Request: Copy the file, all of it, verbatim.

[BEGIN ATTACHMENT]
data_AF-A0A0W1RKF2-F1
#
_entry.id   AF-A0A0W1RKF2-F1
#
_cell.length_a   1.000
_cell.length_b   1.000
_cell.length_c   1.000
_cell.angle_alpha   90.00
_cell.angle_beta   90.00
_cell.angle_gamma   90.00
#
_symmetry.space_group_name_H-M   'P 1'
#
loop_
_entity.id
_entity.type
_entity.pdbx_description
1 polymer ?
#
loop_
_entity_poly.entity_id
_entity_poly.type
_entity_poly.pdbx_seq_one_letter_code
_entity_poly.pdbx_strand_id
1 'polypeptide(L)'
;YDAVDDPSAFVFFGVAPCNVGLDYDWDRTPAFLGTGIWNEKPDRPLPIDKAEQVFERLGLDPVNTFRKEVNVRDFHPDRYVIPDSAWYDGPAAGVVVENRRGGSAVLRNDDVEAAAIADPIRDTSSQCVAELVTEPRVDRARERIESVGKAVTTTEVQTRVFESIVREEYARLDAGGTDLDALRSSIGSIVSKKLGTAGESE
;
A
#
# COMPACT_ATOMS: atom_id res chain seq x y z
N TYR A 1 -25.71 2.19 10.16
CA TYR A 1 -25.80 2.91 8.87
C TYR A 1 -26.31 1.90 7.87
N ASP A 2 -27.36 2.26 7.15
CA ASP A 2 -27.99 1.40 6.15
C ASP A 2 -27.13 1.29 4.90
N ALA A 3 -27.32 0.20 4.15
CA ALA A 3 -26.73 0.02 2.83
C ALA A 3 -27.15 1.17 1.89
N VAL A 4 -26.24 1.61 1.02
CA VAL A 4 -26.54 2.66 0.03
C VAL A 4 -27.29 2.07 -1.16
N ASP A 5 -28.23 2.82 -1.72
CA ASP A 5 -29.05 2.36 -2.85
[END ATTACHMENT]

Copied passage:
data_AF-A0A0W1RKF2-F1
#
_entry.id   AF-A0A0W1RKF2-F1
#
_cell.length_a   1.000
_cell.length_b   1.000
_cell.length_c   1.000
_cell.angle_alpha   90.00
_cell.angle_beta   90.00
_cell.angle_gamma   90.00
#
_symmetry.space_group_name_H-M   'P 1'
#
loop_
_entity.id
_entity.type
_entity.pdbx_description
1 polymer ?
#
loop_
_entity_poly.entity_id
_entity_poly.type
_entity_poly.pdbx_seq_one_letter_code
_entity_poly.pdbx_strand_id
1 'polypeptide(L)'
;YDAVDDPSAFVFFGVAPCNVGLDYDWDRTPAFLGTGIWNEKPDRPLPIDKAEQVFERLGLDPVNTFRKEVNVRDFHPDRYVIPDSAWYDGPAAGVVVENRRGGSAVLRNDDVEAAAIADPIRDTSSQCVAELVTEPRVDRARERIESVGKAVTTTEVQTRVFESIVREEYARLDAGGTDLDALRSSIGSIVSKKLGTAGESE
;
A
#
# COMPACT_ATOMS: atom_id res chain seq x y z
N TYR A 1 -25.71 2.19 10.16
CA TYR A 1 -25.80 2.91 8.87
C TYR A 1 -26.31 1.90 7.87
N ASP A 2 -27.36 2.26 7.15
CA ASP A 2 -27.99 1.40 6.15
C ASP A 2 -27.13 1.29 4.90
N ALA A 3 -27.32 0.20 4.15
CA ALA A 3 -26.73 0.02 2.83
C ALA A 3 -27.15 1.17 1.89
N VAL A 4 -26.24 1.61 1.02
CA VAL A 4 -26.54 2.66 0.03
C VAL A 4 -27.29 2.07 -1.16
N ASP A 5 -28.23 2.82 -1.72
CA ASP A 5 -29.05 2.36 -2.85